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Michael Johnson >> Blues Legends II >>
Lesson Subject: Blues Legends II
What you learn: Freddie King Style
Teacher: Michael Johnson

Michael: This interactive lesson covers in the style of Freddie King. Freddie spearheaded the modern Chicago blues scene and has inspired many guitarist, the likes of Stevie Ray Vaughan. His style features a staccato and sharp attacks on his blues licks, but with a melodic edge. They're great licks for any blues guitar fan, check out the lesson sample:

Michael: Let's get started, our progression is based on the key of E, we'll use a I. IV, V progression common for most blues.

Michael: Can you tell me what the chords would be?

skarz: E, A, B

Michael: Thanks skarz! Here's our first jam track, notice the bass and guitar parts:

Looping Jam Track 1

Michael: Here comes the tab for the progression on the jam track.

Michael: Notice how the progression is structured using the I, IV, V and how the progression is a bit different from the other 8 bar blues progressions it goes:

I, IV, I, IV, I, V, IV, I, V

Michael: Notice between the main riff how it follows the bass, the first progression has a descending chromatic line that resolves on the E before repeating. You can use the mouse to highlight and repeat any section of the interactive tab this will help you isolate a section that needs practice. The coming guitar licks will use the Em Blues scale.

Michael: Here's our first lick:

Lick 1

Michael: Notice the phrasing in this lick, try playing over the jam track, the emphasis is actually on the rests, this allows room for the vocals and the grove of the band to stand out. Freddie would usually blurt out tight little guitar licks in between the vocals this was signature to his style. Our next lick uses the same phrasing:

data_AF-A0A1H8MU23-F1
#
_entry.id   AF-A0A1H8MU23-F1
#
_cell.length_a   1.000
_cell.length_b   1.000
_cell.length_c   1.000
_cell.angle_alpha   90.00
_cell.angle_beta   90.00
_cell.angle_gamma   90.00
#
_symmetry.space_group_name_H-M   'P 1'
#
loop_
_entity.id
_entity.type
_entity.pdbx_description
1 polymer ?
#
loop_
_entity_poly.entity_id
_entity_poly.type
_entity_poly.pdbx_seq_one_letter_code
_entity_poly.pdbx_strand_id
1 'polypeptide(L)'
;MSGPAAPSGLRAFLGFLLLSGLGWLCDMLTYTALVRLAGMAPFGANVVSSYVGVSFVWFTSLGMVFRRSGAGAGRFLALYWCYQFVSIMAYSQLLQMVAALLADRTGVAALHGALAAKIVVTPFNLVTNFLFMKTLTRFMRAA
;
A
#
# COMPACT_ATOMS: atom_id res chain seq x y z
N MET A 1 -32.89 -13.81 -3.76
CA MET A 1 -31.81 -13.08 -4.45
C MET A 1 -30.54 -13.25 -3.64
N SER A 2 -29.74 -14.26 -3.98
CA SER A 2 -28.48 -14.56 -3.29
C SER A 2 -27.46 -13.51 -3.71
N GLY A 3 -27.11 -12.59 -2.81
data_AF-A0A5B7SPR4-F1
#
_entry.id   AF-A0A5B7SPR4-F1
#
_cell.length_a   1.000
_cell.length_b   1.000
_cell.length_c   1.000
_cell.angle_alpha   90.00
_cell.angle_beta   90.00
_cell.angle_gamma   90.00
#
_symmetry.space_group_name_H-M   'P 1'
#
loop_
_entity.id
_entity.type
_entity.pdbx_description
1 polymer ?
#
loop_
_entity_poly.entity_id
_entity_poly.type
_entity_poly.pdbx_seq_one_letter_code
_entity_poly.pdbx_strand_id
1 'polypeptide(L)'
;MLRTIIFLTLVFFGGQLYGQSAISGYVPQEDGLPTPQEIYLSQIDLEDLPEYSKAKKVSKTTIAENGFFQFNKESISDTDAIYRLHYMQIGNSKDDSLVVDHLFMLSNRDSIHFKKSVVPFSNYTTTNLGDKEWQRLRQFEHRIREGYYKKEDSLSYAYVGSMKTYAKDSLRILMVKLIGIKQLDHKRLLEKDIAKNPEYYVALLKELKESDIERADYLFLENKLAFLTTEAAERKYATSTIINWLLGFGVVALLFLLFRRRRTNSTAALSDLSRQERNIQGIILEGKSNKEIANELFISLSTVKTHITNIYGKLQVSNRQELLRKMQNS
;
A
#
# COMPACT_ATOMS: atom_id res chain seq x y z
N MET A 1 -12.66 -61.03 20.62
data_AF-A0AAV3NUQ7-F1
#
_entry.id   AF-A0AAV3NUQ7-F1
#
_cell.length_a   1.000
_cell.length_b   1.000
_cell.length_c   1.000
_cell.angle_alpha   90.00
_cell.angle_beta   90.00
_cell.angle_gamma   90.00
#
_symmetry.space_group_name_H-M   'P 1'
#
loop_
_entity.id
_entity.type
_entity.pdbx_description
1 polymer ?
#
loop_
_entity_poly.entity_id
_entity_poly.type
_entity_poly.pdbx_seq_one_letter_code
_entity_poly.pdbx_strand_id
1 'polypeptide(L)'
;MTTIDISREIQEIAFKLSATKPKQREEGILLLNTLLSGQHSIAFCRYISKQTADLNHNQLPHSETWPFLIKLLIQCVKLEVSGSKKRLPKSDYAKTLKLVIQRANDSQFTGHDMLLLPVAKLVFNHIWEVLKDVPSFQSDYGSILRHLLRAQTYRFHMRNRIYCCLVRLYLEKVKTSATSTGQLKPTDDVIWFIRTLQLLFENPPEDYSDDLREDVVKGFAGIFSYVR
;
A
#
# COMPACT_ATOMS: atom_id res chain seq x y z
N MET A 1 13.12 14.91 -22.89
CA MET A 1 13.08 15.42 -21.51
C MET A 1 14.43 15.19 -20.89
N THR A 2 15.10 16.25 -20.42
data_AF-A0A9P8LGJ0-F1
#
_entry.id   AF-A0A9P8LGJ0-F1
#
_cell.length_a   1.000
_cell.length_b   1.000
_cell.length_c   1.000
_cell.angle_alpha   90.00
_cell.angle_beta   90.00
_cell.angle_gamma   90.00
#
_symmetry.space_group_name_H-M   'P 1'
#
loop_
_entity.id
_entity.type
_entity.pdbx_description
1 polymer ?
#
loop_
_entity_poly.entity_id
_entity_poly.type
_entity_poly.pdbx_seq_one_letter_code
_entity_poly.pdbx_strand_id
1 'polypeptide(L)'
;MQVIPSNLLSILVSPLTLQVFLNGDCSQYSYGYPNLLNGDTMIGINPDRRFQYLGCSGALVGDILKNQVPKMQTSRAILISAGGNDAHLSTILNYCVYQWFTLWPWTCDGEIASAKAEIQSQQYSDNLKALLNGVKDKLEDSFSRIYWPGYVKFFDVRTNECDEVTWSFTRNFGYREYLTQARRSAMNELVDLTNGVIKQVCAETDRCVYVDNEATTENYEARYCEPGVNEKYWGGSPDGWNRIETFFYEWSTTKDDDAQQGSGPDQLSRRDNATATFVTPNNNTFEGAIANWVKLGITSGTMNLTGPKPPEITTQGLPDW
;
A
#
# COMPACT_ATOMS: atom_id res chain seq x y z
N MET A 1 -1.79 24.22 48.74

Lick 2

Michael: The first portion of this lick starts in the major pentatonic scale and jumps back to the open Em blues pattern.

Lick 3

Michael: Notice how these licks start on the V then IV and I, here's another lick:

Lick 4

Michael: This uses more of the staccato type licks, this actually uses the major pentatonic scale pattern in the open position and then jumps back into the minor blues.

skarz: Do you have to think about those scales while your playing or does it just flow?

Michael: It helps to have the pattern envisioned in your mind, it's the foundation of all these licks and helps you jump between them quickly. Here's another lick that follows the V, IV, I.

Lick 5

skarz: What is the best way to memorize patterns, horizontally or vertically?

ton: I can only memorize them vertically.

Michael: Good question skarz, it depends on the scale, in this case vertically. Scales are the foundation that helps you visualize where to play and where not, that's why I always stress learning the scales and always refer to them in the lessons

skarz: So that last lick would be in 4th position right?

Michael: When you hear the V (B) played you play the lick over it, you can use this next lick at the end of the phrase, does anybody know what the term would be for playing a lick at that time? Brian: turnaround

skarz: Yep turnaround

Michael: Thanks Brian and Skarz!

skarz: Man this is cool, I'm actually learning something.

Michael: Yes, a turnaround ends the progression and can even be used to start a progression, one example is Red House, by Jimi Hendrix.

skarz: Buddy Guy does that allot doesn't he?

Michael: Correct skarz!

Lick 6

Michael: Now let's try a counter lick you can play over the progression.

Michael: This is a great sounding lick! This lick kind of reminds me of Ted Nugent's "Hey Baby."

skarz: sweeet

Michael: Here are some pictures of how you can position your hand.

Michael: Notice how I anchor my 1st finger on the 2nd fret of the 4th & 5th strings, you can also use chord position and pick the notes, I really like this next lick:

Lick 7

Michael: The chords are actually based on the C#m and C#b5, kind of a cool finger-picking triad thing, it all comes together when you hear Lesson Sample at the beginning of the lesson.

Michael: See you next lesson!

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